HL20: Rebecca Lynn—Investing in Innovation, from the Outside
In our annual HealthLeaders 20, we profile individuals who are changing healthcare for the better. Some are longtime industry fixtures; others would clearly be considered outsiders. Some are revered; others would not win many popularity contests. All of them are playing a crucial role in making the healthcare industry better. This is the story of Rebecca Lynn.
This profile was published in the December, 2011 issue of HealthLeaders magazine.
"There's been a ton of resistance from the industry because they want to preserve the status quo. And that's typical of any industry that's about ready to be changed and reinvented."
Some argue that the healthcare industry is innovation-proof. It is risk averse. It is too slow—even unwilling—to change. It is too complicated and regulated to reinvent. And it has no incentive to shake things up. The healthcare system is expensive, inefficient, and difficult for its customers to navigate.
It doesn't have to be that way, says Rebecca Lynn, a partner at Morgenthaler Ventures, a venture capital and private equity firm with offices in Menlo Park, CA. But the healthcare industry isn't going to save itself, she adds. Change will come from outsider entrepreneurs unfettered by the status quo—who can tame the healthcare data beast and who are willing to try new ideas, such as outsourcing some care to patients themselves.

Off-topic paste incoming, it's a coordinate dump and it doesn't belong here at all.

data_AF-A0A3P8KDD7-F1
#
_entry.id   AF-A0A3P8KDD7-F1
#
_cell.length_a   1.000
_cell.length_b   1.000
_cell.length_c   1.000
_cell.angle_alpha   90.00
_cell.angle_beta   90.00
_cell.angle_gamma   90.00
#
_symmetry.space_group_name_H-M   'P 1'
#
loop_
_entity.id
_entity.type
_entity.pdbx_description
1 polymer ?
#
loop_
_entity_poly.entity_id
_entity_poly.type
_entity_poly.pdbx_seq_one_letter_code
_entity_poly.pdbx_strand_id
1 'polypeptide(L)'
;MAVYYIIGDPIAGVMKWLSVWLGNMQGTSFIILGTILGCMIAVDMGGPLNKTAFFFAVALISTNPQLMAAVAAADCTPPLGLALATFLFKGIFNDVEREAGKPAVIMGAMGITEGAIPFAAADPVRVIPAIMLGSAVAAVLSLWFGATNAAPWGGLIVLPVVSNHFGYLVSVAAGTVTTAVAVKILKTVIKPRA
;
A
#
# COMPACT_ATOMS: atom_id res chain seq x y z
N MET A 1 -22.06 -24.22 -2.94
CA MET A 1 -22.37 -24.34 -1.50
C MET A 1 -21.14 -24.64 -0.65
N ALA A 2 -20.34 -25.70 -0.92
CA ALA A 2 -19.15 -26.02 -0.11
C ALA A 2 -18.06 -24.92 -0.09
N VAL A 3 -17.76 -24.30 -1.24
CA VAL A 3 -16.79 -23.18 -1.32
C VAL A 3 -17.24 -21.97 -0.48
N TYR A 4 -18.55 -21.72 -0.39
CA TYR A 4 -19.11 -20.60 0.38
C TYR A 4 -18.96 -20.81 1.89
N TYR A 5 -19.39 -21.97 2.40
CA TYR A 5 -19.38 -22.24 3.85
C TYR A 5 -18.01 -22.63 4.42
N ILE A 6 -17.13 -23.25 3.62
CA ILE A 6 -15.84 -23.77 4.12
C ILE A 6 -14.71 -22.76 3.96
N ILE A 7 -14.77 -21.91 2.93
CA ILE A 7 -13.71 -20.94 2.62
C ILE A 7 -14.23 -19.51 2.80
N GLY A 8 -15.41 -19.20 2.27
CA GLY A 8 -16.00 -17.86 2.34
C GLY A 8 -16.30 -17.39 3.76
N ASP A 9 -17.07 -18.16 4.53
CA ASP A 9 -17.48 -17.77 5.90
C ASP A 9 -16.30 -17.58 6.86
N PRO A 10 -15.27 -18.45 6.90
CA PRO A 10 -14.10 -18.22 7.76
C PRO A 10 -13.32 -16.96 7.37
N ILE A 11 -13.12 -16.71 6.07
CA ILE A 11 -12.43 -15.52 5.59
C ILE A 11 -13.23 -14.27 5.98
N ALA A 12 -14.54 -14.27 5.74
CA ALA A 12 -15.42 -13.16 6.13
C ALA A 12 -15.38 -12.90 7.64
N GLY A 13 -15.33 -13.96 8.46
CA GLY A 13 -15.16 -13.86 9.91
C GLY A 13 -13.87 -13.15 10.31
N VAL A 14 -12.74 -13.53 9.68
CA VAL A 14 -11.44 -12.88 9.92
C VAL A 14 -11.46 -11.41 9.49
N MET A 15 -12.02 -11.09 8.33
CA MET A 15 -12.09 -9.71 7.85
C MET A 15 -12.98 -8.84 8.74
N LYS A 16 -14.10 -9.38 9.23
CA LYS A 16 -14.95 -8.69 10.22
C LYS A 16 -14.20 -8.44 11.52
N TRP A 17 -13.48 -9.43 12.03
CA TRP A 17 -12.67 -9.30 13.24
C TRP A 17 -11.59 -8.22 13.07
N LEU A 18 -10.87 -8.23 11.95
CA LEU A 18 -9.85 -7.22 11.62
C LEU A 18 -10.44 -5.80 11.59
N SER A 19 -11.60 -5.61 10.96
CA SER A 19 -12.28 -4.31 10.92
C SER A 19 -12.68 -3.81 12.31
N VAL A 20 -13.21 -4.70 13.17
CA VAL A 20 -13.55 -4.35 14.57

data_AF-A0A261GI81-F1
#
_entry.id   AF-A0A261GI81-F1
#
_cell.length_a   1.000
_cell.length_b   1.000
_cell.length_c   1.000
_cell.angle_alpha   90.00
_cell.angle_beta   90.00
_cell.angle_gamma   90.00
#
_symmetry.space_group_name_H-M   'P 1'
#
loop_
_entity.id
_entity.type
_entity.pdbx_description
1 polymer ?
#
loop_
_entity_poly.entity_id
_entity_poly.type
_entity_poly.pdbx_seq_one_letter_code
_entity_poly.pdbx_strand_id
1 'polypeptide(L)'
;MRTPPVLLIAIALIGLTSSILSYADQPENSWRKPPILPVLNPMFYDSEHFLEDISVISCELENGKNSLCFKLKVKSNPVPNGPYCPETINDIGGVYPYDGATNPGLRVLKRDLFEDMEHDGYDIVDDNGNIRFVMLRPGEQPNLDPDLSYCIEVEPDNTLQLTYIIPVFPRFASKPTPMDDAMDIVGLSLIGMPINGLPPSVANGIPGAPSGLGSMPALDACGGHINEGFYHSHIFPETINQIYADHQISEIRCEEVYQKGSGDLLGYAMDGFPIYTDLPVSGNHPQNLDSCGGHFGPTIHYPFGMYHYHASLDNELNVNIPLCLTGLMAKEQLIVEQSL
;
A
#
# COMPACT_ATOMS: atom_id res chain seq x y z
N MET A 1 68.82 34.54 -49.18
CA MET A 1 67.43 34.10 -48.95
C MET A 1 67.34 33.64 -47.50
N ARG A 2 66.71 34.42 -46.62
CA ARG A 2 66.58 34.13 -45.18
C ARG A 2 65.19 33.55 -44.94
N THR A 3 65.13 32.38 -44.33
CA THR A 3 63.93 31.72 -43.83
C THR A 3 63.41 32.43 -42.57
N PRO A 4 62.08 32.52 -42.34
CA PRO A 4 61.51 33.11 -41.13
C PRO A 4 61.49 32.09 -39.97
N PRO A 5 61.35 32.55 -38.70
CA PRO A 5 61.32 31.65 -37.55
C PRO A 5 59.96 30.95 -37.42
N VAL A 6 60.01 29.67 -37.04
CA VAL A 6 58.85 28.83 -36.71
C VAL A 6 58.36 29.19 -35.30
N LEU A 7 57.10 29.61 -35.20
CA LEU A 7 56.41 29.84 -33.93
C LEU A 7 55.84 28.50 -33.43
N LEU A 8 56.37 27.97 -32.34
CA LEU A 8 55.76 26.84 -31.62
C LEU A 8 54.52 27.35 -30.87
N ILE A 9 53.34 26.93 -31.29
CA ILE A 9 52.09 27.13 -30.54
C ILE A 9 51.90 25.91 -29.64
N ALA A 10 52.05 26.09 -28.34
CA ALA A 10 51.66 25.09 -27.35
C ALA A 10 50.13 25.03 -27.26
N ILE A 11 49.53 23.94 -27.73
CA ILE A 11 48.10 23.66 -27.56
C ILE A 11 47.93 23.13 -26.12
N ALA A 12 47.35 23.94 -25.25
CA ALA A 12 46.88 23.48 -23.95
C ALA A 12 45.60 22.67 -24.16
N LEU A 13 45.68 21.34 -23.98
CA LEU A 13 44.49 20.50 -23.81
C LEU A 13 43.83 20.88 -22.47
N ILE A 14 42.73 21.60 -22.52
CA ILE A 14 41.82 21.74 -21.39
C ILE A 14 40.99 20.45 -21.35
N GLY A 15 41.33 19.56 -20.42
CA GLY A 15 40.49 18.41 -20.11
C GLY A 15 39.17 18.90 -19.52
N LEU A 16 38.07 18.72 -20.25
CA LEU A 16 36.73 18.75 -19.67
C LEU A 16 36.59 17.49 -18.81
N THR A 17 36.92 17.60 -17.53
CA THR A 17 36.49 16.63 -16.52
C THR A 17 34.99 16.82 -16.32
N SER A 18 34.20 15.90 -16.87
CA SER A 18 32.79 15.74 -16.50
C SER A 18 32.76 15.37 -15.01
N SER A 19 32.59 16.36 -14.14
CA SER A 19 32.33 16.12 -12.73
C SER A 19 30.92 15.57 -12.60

Lynn, who has a background in consumer and finance products and services, has turned her attention to investing in companies that are "reinventing healthcare [and] bringing healthcare closer to the patients, that are making doctors more efficient and better able to do their jobs," she says.
It all starts with data, Lynn says. They key is figuring out the best way to get that data into the hands of those that need it: physicians and patients in particular.
"People care more about their financial health than they do their personal health," she says. Even so, "few people are compulsive enough to balance their checkbook." That's why she doesn't believe that patient-managed PHRs will work—because few people will populate and maintain them on their own.